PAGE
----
This was how it came about. A second robbery took place from a silversmith’s shop, and about £2,000 worth of jewellery was found to have been taken away by the thieves, of whose whereabouts the police, in spite of most strenuous efforts, could not obtain the slightest clue. There was immediately a great hubbub among the people of the town where the robbery took place, and public meetings were held at which reflections were made upon the efficiency of the police force as this was the second occasion on which he burglars had gone undetected.

While this hubbub was at its height I wrote the head-constable offering him my services, and making the only condition of the acceptance an undertaking from him that, in the event of my bringing the thieves to justice or recovering the booty, he should publicly acknowledge my success. He agreed to the terms, and I came down to S----- by the next train.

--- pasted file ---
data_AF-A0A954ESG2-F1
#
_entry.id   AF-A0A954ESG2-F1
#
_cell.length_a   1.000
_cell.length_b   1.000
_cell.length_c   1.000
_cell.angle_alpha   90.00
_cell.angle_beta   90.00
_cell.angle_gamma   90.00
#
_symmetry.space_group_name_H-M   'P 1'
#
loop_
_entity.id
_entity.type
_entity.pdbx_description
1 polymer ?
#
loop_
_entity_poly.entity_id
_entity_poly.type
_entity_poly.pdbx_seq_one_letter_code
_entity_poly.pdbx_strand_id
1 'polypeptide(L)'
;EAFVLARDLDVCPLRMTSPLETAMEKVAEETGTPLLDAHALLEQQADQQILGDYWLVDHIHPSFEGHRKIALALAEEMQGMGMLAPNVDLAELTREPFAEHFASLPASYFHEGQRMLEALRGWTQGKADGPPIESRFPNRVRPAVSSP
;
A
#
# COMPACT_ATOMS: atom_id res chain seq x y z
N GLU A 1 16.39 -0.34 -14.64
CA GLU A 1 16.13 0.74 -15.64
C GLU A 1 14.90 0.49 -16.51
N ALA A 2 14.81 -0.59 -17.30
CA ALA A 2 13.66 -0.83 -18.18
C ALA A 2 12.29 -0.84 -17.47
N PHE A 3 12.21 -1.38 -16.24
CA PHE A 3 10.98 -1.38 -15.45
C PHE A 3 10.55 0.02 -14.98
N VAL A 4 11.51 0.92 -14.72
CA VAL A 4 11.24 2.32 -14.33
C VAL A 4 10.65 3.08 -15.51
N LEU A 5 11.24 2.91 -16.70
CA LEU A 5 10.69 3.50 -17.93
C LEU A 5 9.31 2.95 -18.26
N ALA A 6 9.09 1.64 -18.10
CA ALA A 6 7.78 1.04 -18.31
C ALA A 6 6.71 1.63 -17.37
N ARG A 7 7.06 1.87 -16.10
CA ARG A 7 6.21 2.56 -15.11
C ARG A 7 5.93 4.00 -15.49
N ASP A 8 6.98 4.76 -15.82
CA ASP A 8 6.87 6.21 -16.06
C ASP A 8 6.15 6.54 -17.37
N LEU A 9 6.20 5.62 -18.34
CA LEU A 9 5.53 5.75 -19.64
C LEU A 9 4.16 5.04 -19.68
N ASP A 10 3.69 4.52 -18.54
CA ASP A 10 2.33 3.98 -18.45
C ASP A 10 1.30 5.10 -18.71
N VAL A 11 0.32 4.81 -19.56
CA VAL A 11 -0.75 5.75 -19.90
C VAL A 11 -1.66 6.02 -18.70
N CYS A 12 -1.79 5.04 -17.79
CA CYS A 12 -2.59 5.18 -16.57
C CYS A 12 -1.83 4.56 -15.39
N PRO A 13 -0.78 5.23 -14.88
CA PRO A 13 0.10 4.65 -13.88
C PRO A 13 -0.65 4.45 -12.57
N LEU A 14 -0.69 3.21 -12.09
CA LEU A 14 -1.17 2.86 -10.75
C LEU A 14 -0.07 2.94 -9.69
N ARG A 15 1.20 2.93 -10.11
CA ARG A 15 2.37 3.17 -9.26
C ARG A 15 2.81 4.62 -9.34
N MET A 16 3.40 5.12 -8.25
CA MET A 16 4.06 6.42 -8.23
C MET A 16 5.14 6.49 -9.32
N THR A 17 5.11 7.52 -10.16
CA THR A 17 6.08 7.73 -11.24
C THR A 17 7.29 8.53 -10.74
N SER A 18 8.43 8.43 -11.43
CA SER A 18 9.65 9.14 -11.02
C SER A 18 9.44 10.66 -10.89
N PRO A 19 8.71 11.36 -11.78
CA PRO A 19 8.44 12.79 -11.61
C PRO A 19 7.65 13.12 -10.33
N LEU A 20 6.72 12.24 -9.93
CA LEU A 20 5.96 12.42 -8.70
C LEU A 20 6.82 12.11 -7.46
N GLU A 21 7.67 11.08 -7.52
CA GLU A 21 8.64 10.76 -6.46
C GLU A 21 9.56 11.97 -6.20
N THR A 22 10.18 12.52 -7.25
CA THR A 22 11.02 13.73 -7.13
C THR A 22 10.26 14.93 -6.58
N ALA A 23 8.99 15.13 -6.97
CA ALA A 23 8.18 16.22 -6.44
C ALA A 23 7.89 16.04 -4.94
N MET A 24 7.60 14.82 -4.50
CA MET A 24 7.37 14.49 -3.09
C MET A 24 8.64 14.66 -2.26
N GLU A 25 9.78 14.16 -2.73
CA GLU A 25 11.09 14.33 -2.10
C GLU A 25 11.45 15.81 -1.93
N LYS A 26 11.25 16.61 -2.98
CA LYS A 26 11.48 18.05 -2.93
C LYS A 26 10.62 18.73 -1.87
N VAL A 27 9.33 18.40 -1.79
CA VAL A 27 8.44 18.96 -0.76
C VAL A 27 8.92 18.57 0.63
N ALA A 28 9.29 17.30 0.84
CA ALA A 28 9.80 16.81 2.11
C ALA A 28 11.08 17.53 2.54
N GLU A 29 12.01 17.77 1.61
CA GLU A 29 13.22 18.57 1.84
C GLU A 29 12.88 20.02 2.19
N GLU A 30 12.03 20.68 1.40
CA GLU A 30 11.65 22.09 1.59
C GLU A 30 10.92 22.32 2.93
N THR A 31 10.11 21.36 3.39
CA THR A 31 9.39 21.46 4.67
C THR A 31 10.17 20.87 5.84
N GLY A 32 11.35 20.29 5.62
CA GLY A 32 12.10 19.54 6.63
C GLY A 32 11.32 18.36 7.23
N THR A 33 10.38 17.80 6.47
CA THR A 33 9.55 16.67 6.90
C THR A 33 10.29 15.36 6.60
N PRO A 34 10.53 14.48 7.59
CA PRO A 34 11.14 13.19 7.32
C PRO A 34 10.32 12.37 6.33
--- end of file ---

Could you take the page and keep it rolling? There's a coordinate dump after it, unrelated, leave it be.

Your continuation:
I immediately proceeded to the police-station, got all the detectives before me, and, having heard their stories, which were, I may remark, lamentably bald, I turned to the head-constable and said, ‘You have hitherto been skeptical of my smartness as a private detective, and you have accepted my services eight days after the burglary has been committed. During that time you have had no trace or clue of either the thieves or the missing articles. Therefore, to you the task I am undertaking seems hopeless. But Sherlock Holmes has never yet completely failed, and when he lays his head upon the pillow to-night it will be with the consciousness that he has met with some measure of success.’

The head-constable gazed incredulously at me, and the faces of the detectives wore sarcastic expressions. ‘I see, you think I am fooling you,’ I said; ‘but Sherlock Holmes has a reputation, and he is prepared to stand or fall by what he has said.’ I wanted to make the thing as mysterious as possible, for my own prestige’s sake, and extracted a promise from the head-constable not to question me as to my methods of work if I succeeded in my undertaking. I then left the police office, and mingled with the crowd in the public street.